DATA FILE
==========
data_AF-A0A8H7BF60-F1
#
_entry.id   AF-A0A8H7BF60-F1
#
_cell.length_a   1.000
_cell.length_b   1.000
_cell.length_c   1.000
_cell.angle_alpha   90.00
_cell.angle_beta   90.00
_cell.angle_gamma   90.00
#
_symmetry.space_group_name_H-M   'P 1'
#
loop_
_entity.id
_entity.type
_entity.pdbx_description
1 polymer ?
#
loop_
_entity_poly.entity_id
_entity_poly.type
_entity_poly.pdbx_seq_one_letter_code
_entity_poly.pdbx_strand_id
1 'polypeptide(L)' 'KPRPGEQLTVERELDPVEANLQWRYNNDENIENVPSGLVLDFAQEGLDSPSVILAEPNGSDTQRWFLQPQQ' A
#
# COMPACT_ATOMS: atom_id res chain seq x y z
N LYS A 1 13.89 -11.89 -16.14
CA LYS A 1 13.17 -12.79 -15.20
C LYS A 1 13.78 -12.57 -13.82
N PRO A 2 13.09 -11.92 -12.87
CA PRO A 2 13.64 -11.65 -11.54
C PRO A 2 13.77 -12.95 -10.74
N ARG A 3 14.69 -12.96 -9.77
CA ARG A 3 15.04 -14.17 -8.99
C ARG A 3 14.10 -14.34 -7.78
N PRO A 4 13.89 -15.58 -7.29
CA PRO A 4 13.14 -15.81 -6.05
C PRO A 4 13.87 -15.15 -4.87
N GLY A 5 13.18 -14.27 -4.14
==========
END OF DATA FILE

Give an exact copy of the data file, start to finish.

data_AF-A0A8H7BF60-F1
#
_entry.id   AF-A0A8H7BF60-F1
#
_cell.length_a   1.000
_cell.length_b   1.000
_cell.length_c   1.000
_cell.angle_alpha   90.00
_cell.angle_beta   90.00
_cell.angle_gamma   90.00
#
_symmetry.space_group_name_H-M   'P 1'
#
loop_
_entity.id
_entity.type
_entity.pdbx_description
1 polymer ?
#
loop_
_entity_poly.entity_id
_entity_poly.type
_entity_poly.pdbx_seq_one_letter_code
_entity_poly.pdbx_strand_id
1 'polypeptide(L)' 'KPRPGEQLTVERELDPVEANLQWRYNNDENIENVPSGLVLDFAQEGLDSPSVILAEPNGSDTQRWFLQPQQ' A
#
# COMPACT_ATOMS: atom_id res chain seq x y z
N LYS A 1 13.89 -11.89 -16.14
CA LYS A 1 13.17 -12.79 -15.20
C LYS A 1 13.78 -12.57 -13.82
N PRO A 2 13.09 -11.92 -12.87
CA PRO A 2 13.64 -11.65 -11.54
C PRO A 2 13.77 -12.95 -10.74
N ARG A 3 14.69 -12.96 -9.77
CA ARG A 3 15.04 -14.17 -8.99
C ARG A 3 14.10 -14.34 -7.78
N PRO A 4 13.89 -15.58 -7.29
CA PRO A 4 13.14 -15.81 -6.05
C PRO A 4 13.87 -15.15 -4.87
N GLY A 5 13.18 -14.27 -4.14